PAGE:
“There’s just no one who can touch her. Hell, I hang on every line,” Jimmy Buffet once sang of Patsy Cline. She is so much more than the first female country singer to headline her own tour, to perform at Carnegie Hall and to truly break down barriers of gender in country music. She is more than a tragic legend of young talent, villainous prompters and a cheating husband. She is a voice so strong and soulful you begin to wonder why you ever bothered listening to anyone else try to sing.
Always … Patsy Cline is a narrow slice of the singer’s life, as seen through the eyes of a fan. While there was enough drama in Cline’s life for six or seven plays, this show focuses strictly on how Cline and her music make us feel.
The script is taken directly from an Ellis Nassour interview of Louise Seger. Seger was hooked the first time she heard Cline sing; in 1961 she approached the singer at a ballroom, the two got to talking and wound up eating bacon and eggs in Seger’s kitchen after the show, sharing stories until four in the morning. From there, the two corresponded until Cline’s death in 1963. It’s a great little story, and one that was not unusual in Cline’s life. She was chummy with fans, and her letters reveal an easy familiarity and honesty about her troubled marriage, the ups and downs of touring and the heartbreak of trying to balance a career with young children.
Originally conceived and directed by Ted Swindley, the play is less about Patsy Cline and more about how she has affected us. It’s like a one-woman show, played by two women simultaneously. Sue Schroeder-White does nearly all the talking as Seger. With lines like, “Hall fell through his asshole and nearly hung himself,” Schroeder-White manages to channel the aging fan as she shares her favorite memories of Patsy Cline. As Cline, Michelle Sellers has few lines, but also has the task of recreating Cline’s magic over the course of 25 songs. According to ACE producer Jim Roberts, the Cabaret chose this play because in Sellers, they had a woman who could sing it. Sellers is remarkable. She has the whole audience swaying and singing along.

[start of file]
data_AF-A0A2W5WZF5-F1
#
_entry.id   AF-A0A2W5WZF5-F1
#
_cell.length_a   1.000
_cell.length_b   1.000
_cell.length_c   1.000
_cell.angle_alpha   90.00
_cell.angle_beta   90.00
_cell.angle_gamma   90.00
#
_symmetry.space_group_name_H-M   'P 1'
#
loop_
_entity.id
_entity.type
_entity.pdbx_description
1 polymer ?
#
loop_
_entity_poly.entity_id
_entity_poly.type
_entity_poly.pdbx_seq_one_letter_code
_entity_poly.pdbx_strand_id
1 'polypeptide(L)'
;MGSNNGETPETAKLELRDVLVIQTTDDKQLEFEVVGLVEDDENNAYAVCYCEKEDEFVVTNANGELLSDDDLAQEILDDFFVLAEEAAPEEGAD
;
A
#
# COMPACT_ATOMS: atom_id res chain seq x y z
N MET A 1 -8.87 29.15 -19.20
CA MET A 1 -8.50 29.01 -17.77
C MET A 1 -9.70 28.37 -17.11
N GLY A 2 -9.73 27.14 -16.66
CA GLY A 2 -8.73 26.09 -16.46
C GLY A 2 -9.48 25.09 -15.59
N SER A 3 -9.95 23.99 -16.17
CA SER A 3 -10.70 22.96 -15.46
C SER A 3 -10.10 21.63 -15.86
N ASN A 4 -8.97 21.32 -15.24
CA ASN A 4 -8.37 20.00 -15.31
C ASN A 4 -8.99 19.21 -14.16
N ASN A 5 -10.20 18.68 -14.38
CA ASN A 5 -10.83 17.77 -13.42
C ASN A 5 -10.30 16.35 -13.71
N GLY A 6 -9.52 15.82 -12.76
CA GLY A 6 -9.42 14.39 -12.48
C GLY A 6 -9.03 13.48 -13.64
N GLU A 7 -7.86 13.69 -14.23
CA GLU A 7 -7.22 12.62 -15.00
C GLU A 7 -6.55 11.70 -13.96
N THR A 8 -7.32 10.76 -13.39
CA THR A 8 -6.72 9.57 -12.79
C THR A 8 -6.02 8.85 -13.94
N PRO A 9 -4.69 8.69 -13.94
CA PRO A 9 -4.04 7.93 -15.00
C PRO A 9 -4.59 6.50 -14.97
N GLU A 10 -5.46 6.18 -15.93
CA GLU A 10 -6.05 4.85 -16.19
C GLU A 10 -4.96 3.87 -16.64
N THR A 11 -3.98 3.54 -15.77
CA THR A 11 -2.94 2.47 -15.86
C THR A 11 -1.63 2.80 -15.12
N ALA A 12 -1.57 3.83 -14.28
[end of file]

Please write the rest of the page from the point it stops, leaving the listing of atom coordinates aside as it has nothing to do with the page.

This piece of musical theater is a sweet walk for a Patsy Cline fan, and a nice way to meet her for those unfamiliar with her material. It’s not an exciting evening of theater, but rather a humorous meditation on the grace and strength of an incredible woman. — Anna Grace
Always … Patsy Cline runs March 15, 2013, and plays Friday, Saturday and select Sundays through April 13; $16-$41.95. See actorscabaret.org for details.